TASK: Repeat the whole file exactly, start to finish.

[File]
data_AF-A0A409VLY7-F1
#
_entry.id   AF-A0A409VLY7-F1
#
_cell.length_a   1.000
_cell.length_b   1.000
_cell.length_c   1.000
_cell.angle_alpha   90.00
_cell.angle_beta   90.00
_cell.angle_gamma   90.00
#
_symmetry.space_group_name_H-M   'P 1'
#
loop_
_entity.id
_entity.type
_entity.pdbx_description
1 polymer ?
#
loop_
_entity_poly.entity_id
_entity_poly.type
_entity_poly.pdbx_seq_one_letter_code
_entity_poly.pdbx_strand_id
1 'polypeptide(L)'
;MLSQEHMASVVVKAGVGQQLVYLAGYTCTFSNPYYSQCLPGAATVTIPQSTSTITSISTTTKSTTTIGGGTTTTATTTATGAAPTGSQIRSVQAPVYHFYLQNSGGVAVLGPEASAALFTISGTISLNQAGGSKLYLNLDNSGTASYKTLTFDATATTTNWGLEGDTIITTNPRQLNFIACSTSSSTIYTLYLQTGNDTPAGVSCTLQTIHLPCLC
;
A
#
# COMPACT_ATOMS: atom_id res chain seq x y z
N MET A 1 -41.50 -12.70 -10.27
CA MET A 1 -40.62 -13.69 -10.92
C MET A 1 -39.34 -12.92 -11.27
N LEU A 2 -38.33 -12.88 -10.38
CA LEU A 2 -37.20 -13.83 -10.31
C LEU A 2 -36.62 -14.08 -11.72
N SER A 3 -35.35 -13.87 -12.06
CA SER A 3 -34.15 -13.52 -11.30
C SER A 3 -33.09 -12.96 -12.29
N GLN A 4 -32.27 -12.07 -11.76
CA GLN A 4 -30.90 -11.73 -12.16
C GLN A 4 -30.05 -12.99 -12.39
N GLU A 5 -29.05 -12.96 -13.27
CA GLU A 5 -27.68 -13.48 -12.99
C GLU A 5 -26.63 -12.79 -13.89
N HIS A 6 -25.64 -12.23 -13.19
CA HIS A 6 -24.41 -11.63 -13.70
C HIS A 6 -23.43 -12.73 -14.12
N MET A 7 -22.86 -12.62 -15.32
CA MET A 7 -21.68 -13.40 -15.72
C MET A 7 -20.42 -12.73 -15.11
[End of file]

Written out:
data_AF-A0A409VLY7-F1
#
_entry.id   AF-A0A409VLY7-F1
#
_cell.length_a   1.000
_cell.length_b   1.000
_cell.length_c   1.000
_cell.angle_alpha   90.00
_cell.angle_beta   90.00
_cell.angle_gamma   90.00
#
_symmetry.space_group_name_H-M   'P 1'
#
loop_
_entity.id
_entity.type
_entity.pdbx_description
1 polymer ?
#
loop_
_entity_poly.entity_id
_entity_poly.type
_entity_poly.pdbx_seq_one_letter_code
_entity_poly.pdbx_strand_id
1 'polypeptide(L)'
;MLSQEHMASVVVKAGVGQQLVYLAGYTCTFSNPYYSQCLPGAATVTIPQSTSTITSISTTTKSTTTIGGGTTTTATTTATGAAPTGSQIRSVQAPVYHFYLQNSGGVAVLGPEASAALFTISGTISLNQAGGSKLYLNLDNSGTASYKTLTFDATATTTNWGLEGDTIITTNPRQLNFIACSTSSSTIYTLYLQTGNDTPAGVSCTLQTIHLPCLC
;
A
#
# COMPACT_ATOMS: atom_id res chain seq x y z
N MET A 1 -41.50 -12.70 -10.27
CA MET A 1 -40.62 -13.69 -10.92
C MET A 1 -39.34 -12.92 -11.27
N LEU A 2 -38.33 -12.88 -10.38
CA LEU A 2 -37.20 -13.83 -10.31
C LEU A 2 -36.62 -14.08 -11.72
N SER A 3 -35.35 -13.87 -12.06
CA SER A 3 -34.15 -13.52 -11.30
C SER A 3 -33.09 -12.96 -12.29
N GLN A 4 -32.27 -12.07 -11.76
CA GLN A 4 -30.90 -11.73 -12.16
C GLN A 4 -30.05 -12.99 -12.39
N GLU A 5 -29.05 -12.96 -13.27
CA GLU A 5 -27.68 -13.48 -12.99
C GLU A 5 -26.63 -12.79 -13.89
N HIS A 6 -25.64 -12.23 -13.19
CA HIS A 6 -24.41 -11.63 -13.70
C HIS A 6 -23.43 -12.73 -14.12
N MET A 7 -22.86 -12.62 -15.32
CA MET A 7 -21.68 -13.40 -15.72
C MET A 7 -20.42 -12.73 -15.11